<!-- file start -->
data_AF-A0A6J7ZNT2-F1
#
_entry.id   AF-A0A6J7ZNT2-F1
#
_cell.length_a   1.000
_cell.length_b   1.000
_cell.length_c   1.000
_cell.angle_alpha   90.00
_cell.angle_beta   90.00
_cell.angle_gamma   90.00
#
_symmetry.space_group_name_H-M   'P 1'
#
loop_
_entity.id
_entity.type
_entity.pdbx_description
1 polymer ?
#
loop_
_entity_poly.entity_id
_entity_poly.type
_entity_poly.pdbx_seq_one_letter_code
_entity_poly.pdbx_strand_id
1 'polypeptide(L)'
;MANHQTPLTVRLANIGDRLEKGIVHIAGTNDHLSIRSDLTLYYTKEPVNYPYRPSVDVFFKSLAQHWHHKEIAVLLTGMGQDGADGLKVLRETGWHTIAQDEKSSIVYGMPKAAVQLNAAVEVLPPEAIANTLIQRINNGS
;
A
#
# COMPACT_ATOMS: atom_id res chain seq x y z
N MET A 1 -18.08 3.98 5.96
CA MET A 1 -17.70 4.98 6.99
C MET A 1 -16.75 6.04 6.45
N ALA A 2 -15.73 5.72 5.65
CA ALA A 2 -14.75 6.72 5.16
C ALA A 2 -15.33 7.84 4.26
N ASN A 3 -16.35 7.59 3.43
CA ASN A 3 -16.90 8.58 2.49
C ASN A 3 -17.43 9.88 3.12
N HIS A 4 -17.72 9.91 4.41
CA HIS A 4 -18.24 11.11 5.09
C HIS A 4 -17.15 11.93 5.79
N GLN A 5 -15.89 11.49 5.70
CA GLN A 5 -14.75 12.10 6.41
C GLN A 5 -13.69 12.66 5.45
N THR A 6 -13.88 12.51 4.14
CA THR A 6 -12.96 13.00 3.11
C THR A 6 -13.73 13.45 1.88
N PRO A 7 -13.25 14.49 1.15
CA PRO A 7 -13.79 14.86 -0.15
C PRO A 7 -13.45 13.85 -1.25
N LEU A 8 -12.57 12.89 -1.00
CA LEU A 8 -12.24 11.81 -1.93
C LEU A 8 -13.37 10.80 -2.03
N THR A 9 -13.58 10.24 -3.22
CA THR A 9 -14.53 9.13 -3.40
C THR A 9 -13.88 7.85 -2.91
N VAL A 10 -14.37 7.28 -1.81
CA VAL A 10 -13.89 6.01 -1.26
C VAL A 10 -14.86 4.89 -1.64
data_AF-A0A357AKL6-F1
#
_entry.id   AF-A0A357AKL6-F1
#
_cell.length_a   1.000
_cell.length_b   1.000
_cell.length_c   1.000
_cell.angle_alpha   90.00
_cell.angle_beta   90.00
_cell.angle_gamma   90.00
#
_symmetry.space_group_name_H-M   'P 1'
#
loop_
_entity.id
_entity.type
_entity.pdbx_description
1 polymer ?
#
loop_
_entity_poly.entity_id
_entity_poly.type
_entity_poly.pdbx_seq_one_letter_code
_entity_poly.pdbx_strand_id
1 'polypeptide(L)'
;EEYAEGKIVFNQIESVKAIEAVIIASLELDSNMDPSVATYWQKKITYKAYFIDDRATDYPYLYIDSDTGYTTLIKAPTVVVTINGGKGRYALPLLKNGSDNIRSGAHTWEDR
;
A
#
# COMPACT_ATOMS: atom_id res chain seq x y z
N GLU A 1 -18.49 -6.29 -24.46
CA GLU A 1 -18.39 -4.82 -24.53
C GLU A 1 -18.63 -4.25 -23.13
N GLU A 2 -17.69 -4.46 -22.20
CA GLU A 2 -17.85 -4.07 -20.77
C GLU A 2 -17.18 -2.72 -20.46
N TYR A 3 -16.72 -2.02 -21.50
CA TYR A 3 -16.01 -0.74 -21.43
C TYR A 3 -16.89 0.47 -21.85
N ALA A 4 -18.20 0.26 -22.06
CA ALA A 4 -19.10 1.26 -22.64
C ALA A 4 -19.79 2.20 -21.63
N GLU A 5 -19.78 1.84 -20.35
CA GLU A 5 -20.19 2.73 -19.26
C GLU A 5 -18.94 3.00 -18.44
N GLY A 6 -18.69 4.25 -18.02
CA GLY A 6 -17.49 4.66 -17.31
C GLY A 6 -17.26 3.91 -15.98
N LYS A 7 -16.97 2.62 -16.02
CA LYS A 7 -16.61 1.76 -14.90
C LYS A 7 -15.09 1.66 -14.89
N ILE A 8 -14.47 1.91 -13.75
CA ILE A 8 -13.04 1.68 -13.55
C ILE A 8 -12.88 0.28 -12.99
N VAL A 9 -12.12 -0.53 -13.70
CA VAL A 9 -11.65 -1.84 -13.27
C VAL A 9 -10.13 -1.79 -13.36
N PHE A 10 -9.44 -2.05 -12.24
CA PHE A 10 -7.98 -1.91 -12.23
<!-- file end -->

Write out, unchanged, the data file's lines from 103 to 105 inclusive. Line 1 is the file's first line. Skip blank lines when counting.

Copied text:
N GLU A 5 -19.78 1.84 -20.35
CA GLU A 5 -20.19 2.73 -19.26
C GLU A 5 -18.94 3.00 -18.44